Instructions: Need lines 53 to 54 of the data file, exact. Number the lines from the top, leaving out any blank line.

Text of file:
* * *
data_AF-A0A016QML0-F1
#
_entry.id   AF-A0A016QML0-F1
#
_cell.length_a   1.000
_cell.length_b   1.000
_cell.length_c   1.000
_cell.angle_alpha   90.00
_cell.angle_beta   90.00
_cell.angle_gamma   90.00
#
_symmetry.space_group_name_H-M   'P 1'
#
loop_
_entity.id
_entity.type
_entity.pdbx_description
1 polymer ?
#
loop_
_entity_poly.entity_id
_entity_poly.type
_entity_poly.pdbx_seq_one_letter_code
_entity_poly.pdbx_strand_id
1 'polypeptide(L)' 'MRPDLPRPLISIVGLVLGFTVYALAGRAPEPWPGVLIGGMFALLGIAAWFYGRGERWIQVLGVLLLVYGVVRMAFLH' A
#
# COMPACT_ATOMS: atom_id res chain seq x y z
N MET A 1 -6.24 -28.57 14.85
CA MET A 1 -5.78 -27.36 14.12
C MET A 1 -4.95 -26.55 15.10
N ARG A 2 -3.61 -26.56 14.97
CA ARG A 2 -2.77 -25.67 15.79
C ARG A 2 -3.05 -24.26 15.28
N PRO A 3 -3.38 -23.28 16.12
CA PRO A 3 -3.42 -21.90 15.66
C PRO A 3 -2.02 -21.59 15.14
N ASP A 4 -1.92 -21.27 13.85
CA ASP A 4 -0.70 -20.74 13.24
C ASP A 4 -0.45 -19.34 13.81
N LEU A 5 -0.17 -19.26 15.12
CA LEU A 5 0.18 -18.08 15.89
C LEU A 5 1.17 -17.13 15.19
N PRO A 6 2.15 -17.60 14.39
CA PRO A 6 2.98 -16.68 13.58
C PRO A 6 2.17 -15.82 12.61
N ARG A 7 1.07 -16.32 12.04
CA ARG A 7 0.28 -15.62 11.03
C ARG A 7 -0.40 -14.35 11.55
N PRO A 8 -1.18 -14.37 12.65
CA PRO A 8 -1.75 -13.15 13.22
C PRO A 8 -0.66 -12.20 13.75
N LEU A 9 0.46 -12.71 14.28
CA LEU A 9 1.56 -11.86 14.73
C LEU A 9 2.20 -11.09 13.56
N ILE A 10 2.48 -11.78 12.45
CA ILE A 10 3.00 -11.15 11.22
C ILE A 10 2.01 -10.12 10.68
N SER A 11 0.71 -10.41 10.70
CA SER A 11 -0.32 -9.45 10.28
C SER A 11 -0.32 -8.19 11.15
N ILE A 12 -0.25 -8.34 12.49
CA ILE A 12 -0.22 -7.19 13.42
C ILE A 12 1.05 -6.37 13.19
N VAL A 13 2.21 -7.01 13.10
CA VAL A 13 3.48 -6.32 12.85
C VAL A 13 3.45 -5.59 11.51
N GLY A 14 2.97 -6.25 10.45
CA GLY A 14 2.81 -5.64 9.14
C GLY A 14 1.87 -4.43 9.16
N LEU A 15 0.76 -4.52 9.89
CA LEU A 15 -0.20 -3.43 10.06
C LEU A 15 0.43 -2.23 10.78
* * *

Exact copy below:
CA LEU A 9 1.56 -11.86 14.73
C LEU A 9 2.20 -11.09 13.56